- Amazon is rapidly in-housing its transportation network.
- A recent report from Morgan Stanley highlighted why UPS, USPS, and FedEx should be worried — to the tune of nearly $65 billion.
- That’s because the e-commerce company will carry 6.5 billion of its own packages and 3.5 billion non-Amazon packages by 2022, Morgan Stanley estimated.
- Visit Business Insider’s homepage for more stories.
UPS and FedEx have often shrugged off the threat of Amazon. FedEx’s founder and CEO, Fred Smith, has often referred to the idea that Amazon could compete with the $65 billion transportation giant as “fantastical.”
A Goldman Sachs report from July bolsters that standpoint. That note to investors said Amazon Logistics would need $122 billion just to match the networks of UPS and FedEx, while additional air hubs and international operating facilities would command the most cash.
But an extensive report from Morgan Stanley’s freight-transportation team, partnered with its internal data researcher AlphaWise, provides another bullet point for Amazon Logistics bulls. The report outlined where Amazon Logistics is today and how its growth could be a poignant threat to the bottom lines of FedEx, UPS, and the US Postal Service.
The numbers came from an analysis of some 70,000 orders from 300 US shoppers over nine years.
“Simply put, the already large and quick ramp of Amazon Logistics represent a large opportunity-loss and its significant growth ambitions are a competitive risk for incumbent Parcel companies,” Morgan Stanley analysts wrote.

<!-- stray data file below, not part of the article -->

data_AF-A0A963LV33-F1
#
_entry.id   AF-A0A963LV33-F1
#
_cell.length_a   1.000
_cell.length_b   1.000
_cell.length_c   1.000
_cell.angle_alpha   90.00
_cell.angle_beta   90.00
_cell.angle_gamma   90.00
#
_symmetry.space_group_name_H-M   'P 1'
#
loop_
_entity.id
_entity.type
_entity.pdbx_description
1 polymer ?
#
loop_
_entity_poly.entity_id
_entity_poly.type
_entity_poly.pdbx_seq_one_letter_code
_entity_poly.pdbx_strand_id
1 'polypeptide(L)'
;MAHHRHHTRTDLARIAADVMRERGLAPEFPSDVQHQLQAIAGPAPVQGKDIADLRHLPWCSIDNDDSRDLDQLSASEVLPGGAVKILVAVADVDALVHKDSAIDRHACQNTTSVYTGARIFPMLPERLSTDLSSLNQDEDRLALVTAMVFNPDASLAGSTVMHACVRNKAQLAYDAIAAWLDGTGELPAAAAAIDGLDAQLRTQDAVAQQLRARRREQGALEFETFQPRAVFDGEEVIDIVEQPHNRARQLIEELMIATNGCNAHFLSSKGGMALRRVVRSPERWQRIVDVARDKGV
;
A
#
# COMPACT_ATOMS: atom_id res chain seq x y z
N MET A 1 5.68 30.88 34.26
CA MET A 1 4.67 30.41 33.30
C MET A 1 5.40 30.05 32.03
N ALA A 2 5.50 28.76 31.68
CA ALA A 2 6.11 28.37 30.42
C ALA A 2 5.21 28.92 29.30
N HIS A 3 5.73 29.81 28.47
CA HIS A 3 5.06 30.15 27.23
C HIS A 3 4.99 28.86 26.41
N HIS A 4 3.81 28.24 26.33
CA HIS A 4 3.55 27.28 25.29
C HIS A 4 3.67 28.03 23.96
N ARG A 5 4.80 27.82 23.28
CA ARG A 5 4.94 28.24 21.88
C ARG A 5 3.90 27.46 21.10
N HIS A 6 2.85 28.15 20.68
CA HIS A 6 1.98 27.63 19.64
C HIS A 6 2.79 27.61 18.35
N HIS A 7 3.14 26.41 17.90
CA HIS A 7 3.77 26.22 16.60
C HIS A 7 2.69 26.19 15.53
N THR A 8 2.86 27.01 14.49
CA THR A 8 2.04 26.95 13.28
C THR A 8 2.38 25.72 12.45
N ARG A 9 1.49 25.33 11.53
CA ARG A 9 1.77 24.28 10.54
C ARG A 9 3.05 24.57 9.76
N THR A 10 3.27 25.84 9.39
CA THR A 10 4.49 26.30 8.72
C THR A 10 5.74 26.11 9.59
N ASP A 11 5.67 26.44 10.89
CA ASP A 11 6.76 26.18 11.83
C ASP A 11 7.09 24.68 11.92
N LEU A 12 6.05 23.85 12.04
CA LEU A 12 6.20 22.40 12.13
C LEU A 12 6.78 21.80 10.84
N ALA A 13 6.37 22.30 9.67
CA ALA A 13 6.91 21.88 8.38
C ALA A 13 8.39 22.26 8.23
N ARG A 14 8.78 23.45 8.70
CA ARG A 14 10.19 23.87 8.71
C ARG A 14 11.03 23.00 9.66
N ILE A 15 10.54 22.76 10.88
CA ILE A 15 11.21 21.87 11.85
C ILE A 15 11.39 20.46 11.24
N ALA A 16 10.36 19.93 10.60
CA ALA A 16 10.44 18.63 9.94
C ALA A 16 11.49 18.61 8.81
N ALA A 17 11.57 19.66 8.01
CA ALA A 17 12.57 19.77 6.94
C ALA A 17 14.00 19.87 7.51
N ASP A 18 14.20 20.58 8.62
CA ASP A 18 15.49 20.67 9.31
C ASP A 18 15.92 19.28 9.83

Amazon is expected to move more packages than FedEx and UPS in just a few years
Morgan Stanley estimated that Amazon would move 2.1 billion packages in 2019, while FedEx’s volume would total 3 billion and UPS’s would be 4.7 billion.
That’s set to boom by 2022, when Amazon is expected to increase its package volume to 6.4 billion, the report said. The e-commerce giant could deliver more than FedEx by 2020 and more than UPS by 2022.
The US Postal Service had no comment on the research. FedEx did not provide a comment. Representatives from Amazon did not respond to a request for comment.
A representative from UPS said that “Amazon and UPS are in a mutually beneficial relationship, but there is more to e-commerce, and UPS is leaning into it.”
“UPS has a diverse customer base and supports 90% of the largest retailers and thousands of small and medium-sized businesses,” he added. “The largest e-commerce shippers are beginning to move from two-day to one-day delivery.”
(The report assumed that Amazon’s US package growth would explode at a 68% compound annual growth rate — perhaps an audacious estimate compared with UPS’s and FedEx’s estimated rates of 3.2% and 4.5%. UPS, for instance, had double-digit air volume increases in the past two quarters.)
But it doesn’t stop at moving Amazon’s packages. Morgan Stanley said Amazon would start to integrate non-Amazon packages into its network, which would complicate UPS’s and FedEx’s messaging around their growth in e-commerce. Even if the two companies were to rely less (or, in FedEx’s case, not at all) on Amazon, they wouldn’t be able to argue that they are growing their networks by incorporating other e-commerce customers.